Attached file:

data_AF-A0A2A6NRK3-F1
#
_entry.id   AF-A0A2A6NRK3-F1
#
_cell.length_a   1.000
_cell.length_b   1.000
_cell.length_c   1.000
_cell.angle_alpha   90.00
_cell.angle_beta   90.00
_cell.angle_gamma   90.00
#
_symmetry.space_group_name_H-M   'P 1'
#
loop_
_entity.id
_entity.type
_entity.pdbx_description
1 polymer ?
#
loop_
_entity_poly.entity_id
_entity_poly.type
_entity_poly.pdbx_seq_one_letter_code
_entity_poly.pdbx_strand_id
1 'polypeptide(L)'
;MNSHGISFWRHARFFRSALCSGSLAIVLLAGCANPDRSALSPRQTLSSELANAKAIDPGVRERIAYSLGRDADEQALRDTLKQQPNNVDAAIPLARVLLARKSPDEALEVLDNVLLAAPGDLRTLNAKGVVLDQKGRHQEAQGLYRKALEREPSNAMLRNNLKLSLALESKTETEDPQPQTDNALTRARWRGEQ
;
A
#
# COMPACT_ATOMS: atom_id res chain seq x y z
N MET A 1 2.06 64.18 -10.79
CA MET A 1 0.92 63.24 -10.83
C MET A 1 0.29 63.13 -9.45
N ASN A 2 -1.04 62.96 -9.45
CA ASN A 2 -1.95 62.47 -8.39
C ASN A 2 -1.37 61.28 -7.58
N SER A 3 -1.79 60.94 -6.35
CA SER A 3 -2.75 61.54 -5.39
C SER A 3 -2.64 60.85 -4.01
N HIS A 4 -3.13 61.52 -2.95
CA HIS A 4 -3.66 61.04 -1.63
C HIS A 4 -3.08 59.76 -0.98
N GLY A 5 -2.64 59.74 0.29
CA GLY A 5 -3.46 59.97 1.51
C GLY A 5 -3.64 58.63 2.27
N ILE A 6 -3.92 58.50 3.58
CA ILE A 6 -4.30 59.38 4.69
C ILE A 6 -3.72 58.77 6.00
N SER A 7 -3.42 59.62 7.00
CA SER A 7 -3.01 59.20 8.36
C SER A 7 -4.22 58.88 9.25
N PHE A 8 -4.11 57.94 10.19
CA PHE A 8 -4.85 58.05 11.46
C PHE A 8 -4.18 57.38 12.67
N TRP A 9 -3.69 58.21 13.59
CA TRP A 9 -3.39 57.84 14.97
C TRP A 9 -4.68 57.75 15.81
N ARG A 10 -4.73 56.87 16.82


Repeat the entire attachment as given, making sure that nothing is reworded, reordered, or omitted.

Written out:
data_AF-A0A2A6NRK3-F1
#
_entry.id   AF-A0A2A6NRK3-F1
#
_cell.length_a   1.000
_cell.length_b   1.000
_cell.length_c   1.000
_cell.angle_alpha   90.00
_cell.angle_beta   90.00
_cell.angle_gamma   90.00
#
_symmetry.space_group_name_H-M   'P 1'
#
loop_
_entity.id
_entity.type
_entity.pdbx_description
1 polymer ?
#
loop_
_entity_poly.entity_id
_entity_poly.type
_entity_poly.pdbx_seq_one_letter_code
_entity_poly.pdbx_strand_id
1 'polypeptide(L)'
;MNSHGISFWRHARFFRSALCSGSLAIVLLAGCANPDRSALSPRQTLSSELANAKAIDPGVRERIAYSLGRDADEQALRDTLKQQPNNVDAAIPLARVLLARKSPDEALEVLDNVLLAAPGDLRTLNAKGVVLDQKGRHQEAQGLYRKALEREPSNAMLRNNLKLSLALESKTETEDPQPQTDNALTRARWRGEQ
;
A
#
# COMPACT_ATOMS: atom_id res chain seq x y z
N MET A 1 2.06 64.18 -10.79
CA MET A 1 0.92 63.24 -10.83
C MET A 1 0.29 63.13 -9.45
N ASN A 2 -1.04 62.96 -9.45
CA ASN A 2 -1.95 62.47 -8.39
C ASN A 2 -1.37 61.28 -7.58
N SER A 3 -1.79 60.94 -6.35
CA SER A 3 -2.75 61.54 -5.39
C SER A 3 -2.64 60.85 -4.01
N HIS A 4 -3.13 61.52 -2.95
CA HIS A 4 -3.66 61.04 -1.63
C HIS A 4 -3.08 59.76 -0.98
N GLY A 5 -2.64 59.74 0.29
CA GLY A 5 -3.46 59.97 1.51
C GLY A 5 -3.64 58.63 2.27
N ILE A 6 -3.92 58.50 3.58
CA ILE A 6 -4.30 59.38 4.69
C ILE A 6 -3.72 58.77 6.00
N SER A 7 -3.42 59.62 7.00
CA SER A 7 -3.01 59.20 8.36
C SER A 7 -4.22 58.88 9.25
N PHE A 8 -4.11 57.94 10.19
CA PHE A 8 -4.85 58.05 11.46
C PHE A 8 -4.18 57.38 12.67
N TRP A 9 -3.69 58.21 13.59
CA TRP A 9 -3.39 57.84 14.97
C TRP A 9 -4.68 57.75 15.81
N ARG A 10 -4.73 56.87 16.82